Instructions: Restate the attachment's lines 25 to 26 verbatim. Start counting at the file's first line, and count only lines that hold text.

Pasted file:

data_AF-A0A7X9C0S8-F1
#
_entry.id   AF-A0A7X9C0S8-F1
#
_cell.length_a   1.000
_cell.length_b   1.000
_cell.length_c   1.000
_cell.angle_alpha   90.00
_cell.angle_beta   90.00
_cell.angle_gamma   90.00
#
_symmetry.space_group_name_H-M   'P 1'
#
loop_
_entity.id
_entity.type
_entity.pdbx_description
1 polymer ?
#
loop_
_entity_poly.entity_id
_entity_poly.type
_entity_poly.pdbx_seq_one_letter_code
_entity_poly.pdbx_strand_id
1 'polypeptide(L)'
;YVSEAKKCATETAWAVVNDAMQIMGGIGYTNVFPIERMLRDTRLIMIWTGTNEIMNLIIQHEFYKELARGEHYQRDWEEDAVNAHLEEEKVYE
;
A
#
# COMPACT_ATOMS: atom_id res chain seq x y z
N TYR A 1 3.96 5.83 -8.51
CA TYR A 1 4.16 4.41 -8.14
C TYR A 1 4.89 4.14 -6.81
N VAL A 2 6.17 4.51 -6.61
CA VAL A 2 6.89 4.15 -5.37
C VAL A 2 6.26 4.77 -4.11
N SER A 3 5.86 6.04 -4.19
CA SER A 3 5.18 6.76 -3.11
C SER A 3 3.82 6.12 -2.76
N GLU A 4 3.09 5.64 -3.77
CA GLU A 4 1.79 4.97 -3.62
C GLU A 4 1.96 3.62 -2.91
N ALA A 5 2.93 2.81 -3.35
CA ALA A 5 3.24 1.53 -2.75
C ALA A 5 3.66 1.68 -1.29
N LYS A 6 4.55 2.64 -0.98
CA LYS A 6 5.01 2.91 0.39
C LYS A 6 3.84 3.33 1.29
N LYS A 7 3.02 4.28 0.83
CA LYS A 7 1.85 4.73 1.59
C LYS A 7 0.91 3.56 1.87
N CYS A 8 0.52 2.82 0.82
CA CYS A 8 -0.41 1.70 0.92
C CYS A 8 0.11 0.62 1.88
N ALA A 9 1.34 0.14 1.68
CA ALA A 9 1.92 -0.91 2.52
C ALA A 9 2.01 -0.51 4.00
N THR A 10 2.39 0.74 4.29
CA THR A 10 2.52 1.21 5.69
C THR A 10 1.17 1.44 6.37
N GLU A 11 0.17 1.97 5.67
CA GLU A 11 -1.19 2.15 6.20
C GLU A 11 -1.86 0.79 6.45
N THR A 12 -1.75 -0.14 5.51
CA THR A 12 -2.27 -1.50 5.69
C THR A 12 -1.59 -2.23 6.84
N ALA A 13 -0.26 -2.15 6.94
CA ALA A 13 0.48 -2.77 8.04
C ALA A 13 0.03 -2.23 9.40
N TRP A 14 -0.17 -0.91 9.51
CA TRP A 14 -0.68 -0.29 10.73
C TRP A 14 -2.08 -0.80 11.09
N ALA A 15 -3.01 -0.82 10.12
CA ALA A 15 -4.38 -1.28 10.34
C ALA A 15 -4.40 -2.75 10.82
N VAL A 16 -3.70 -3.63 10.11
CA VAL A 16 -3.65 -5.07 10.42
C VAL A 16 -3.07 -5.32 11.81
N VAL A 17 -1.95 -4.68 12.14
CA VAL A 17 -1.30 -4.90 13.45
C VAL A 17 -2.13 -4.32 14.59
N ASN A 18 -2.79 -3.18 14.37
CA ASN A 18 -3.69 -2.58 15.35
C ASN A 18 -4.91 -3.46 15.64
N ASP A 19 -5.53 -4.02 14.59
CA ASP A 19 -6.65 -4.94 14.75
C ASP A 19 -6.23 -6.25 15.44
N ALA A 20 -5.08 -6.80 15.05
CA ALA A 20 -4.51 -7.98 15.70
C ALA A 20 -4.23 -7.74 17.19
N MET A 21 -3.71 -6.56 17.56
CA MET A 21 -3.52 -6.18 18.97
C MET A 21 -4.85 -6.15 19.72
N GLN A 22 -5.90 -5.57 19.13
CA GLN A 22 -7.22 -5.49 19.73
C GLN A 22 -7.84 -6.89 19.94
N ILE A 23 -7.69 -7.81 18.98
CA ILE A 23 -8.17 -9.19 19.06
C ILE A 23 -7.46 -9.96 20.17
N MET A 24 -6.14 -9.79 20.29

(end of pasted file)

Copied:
1 'polypeptide(L)'
;YVSEAKKCATETAWAVVNDAMQIMGGIGYTNVFPIERMLRDTRLIMIWTGTNEIMNLIIQHEFYKELARGEHYQRDWEEDAVNAHLEEEKVYE